-Sin is waiting to take you down before you ever get up. I believe there is something to be said about consecrating the beginning of each day to the Lord. You might say, “well, I’m not a morning person,” which may very well be true. But I would make the case that we are all sinful people. And sin is ready to destroy us before we’ve had our first sip of coffee. It wants you focused on you. It wants you to attack your to-do list, relationships, and work day in your own power, strength, and energy. We should begin each day with a renewed mindset to put to death the deeds of our body by the power of the Holy Spirit (Rom. 8:13). As John Owen so pointedly wrote in The Mortification of Sin, “be busy killing sin, or it will be busy killing you.” Don’t give your sinful desires a foot in the door of your heart before you step out of the front door of your home.
-This is what Jesus did. Of course I had to throw that card down! Seriously. Look at how many times we see in the Gospel accounts a variation of “And rising very early in the morning, while it was still dark, he departed and went out to a desolate place, and there he prayed.” -Mark 1:35.
D.L. Moody once said, “We ought to see the face of God every morning before we see the face of man.” Jesus thought it was important to start His days in prayer. I think we should, too.
2. Set a Place
Think about it. Where will you read? Where will you pray? Where can you be where you are unlikely to be interrupted, where you can cry tears of confession, repentance, and praise, recite and memorize Scripture, and maybe even (gasp) sing! Personally, I have found that my most undistracted reading is at a table because I get too comfortable on the couch. Conversely, I have found that my most focused praying is while kneeling because I get too distracted sitting upright. Determine where you will have your daily time of worship. This will help you to establish a healthy, consistent rhythm and these spaces will become sacred to you.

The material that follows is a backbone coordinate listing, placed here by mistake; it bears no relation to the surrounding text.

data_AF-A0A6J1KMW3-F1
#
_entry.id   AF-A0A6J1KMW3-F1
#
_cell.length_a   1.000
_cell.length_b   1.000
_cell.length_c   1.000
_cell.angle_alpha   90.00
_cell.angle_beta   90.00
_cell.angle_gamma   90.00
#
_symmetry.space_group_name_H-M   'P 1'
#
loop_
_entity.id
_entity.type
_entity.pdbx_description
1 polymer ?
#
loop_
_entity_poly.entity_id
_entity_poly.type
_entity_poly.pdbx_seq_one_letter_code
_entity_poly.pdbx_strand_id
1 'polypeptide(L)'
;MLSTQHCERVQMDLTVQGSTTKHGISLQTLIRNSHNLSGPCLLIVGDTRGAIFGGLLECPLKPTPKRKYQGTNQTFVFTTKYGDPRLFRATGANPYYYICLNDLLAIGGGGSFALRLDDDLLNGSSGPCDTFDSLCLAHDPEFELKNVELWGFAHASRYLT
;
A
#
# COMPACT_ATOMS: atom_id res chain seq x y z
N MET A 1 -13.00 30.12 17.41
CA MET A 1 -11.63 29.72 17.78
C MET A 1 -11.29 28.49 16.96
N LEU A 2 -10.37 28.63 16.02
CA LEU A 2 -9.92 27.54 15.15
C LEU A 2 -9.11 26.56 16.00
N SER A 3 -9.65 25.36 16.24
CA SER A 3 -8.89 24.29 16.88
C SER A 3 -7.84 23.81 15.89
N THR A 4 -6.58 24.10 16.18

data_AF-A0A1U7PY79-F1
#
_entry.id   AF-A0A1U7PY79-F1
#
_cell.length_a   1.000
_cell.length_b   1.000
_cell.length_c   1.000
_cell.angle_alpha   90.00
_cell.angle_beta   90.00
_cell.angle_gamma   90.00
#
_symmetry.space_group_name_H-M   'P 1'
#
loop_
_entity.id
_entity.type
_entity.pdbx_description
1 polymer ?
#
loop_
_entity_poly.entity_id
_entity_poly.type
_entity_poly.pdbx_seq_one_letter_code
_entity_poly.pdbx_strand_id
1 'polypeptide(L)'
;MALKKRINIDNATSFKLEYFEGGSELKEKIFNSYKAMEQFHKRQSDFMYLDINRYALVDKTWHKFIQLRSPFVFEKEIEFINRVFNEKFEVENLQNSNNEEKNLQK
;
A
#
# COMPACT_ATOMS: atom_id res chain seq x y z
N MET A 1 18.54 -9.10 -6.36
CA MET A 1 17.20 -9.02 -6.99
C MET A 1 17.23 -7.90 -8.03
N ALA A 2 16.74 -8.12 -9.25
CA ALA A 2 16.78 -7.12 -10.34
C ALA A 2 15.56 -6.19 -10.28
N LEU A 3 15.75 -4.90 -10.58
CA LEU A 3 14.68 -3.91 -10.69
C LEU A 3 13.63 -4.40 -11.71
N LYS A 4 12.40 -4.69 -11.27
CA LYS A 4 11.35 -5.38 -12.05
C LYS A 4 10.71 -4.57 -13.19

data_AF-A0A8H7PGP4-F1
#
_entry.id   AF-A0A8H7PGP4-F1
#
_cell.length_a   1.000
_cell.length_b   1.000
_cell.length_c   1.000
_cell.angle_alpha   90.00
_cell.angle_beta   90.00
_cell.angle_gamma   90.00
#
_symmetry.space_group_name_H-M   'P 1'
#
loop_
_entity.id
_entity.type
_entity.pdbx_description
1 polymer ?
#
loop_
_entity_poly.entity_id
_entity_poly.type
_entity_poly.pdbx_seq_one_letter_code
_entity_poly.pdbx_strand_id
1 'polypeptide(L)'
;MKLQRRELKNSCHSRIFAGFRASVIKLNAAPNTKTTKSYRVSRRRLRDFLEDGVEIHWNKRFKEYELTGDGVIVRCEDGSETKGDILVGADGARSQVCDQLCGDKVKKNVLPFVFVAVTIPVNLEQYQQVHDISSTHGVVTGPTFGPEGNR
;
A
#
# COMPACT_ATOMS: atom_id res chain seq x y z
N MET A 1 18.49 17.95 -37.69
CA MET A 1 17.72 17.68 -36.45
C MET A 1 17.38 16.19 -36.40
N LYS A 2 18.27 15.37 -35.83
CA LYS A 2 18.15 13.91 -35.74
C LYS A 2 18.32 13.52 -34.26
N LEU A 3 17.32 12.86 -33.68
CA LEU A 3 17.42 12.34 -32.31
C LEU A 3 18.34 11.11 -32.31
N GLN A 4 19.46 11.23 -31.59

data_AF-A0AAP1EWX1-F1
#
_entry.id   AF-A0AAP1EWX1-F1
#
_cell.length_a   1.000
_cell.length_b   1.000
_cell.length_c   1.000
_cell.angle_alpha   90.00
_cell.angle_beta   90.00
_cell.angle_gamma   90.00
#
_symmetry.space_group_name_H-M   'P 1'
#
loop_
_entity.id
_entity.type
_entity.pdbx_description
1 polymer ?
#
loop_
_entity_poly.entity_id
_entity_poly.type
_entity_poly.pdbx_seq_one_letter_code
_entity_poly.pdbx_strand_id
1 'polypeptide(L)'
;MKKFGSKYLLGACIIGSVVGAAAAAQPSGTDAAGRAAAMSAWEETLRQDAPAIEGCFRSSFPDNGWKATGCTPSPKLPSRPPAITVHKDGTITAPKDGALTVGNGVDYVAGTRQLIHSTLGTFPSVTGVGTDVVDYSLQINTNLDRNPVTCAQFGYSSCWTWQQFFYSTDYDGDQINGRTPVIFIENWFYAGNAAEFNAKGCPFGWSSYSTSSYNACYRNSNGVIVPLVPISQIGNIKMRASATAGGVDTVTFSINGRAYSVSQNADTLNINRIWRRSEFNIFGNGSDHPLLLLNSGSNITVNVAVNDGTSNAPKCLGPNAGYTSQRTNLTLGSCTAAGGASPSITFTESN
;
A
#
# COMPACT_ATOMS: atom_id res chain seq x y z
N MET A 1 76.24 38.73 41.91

3. Make a Plan
Next week, gyms and fitness centers will be packed. Lots of people are currently spending hundreds or even thousands of dollars on fitness gear. And within 45 days, the gyms will clear out and the treadmills will be collecting dust, mostly because, for many, there was no dedicated time, place, or plan. What’s your plan for filling your mind with the Word? For Praying? For reading & worshipping? Here are a few personal recommendations for resources.
It is never a wasted pursuit to try read through the Bible once each year, and most don’t realize that you can do this in about 15 minutes per day. youversion.com and the Bible app have dozens of reading plans to help you reach this goal.
This past year, I completed the M’Cheyne reading plan, which draws from 4 different sections of Scripture daily and will take you through the Old Testament once and the New Testament twice in one year, and each daily selection only takes about 15-20 minutes.
In 2017, Emily and I are completing a 260 day reading plan together. Each week has two built-in “grace” days, which we fully expect we will need with a new baby and subsequently unpredictable sleep schedules on the way. We’re also excited about how this will grow us together spiritually and the avenue it will give us for discussion.
Pick one and stick to it. It will be even more effective if you have an accountability partner or small group.